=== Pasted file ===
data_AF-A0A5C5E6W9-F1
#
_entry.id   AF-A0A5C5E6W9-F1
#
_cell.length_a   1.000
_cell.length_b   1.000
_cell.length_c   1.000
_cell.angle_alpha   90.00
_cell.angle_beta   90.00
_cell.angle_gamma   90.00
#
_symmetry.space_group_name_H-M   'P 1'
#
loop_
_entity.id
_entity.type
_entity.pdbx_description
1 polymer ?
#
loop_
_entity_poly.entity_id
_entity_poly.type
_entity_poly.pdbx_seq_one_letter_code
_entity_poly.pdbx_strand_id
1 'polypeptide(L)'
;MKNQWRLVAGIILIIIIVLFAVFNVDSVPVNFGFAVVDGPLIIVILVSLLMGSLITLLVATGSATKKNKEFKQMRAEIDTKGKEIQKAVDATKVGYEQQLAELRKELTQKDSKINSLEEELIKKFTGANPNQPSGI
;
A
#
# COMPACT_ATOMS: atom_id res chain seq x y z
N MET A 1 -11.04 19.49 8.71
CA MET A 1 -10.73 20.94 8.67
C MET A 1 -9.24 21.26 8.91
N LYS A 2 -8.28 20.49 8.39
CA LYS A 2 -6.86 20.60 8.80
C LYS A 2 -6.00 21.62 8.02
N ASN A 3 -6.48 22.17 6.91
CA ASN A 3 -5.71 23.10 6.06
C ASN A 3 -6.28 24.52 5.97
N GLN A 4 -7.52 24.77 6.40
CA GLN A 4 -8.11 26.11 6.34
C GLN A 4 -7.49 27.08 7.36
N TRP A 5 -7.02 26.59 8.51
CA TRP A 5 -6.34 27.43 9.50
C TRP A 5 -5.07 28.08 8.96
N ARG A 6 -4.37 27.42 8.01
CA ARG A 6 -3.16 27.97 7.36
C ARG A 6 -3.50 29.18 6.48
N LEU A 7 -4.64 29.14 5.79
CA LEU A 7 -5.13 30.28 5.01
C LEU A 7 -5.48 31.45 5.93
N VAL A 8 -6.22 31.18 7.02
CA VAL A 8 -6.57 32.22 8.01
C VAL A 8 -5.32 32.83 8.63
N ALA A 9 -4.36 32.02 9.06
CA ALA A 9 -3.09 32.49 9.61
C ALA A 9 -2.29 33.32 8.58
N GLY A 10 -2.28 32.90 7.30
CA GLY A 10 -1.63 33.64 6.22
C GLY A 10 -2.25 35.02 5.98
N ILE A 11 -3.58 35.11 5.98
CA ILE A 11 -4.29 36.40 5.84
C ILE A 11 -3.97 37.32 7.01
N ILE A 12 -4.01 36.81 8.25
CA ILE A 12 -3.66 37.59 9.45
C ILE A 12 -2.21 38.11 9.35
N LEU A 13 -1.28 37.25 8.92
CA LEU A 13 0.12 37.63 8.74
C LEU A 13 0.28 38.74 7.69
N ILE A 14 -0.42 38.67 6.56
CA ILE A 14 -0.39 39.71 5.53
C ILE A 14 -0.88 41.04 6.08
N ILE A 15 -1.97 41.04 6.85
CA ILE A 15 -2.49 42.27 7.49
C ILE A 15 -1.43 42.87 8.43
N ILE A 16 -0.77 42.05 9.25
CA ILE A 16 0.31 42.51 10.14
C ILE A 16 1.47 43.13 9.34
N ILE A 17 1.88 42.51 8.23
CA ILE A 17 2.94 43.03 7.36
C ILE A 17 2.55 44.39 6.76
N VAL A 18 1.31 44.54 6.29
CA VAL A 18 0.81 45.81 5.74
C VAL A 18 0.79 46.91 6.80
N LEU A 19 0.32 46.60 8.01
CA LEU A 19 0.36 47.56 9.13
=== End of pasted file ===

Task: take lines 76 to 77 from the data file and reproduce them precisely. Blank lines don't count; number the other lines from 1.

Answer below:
N ILE A 16 -0.77 42.05 9.25
CA ILE A 16 0.31 42.51 10.14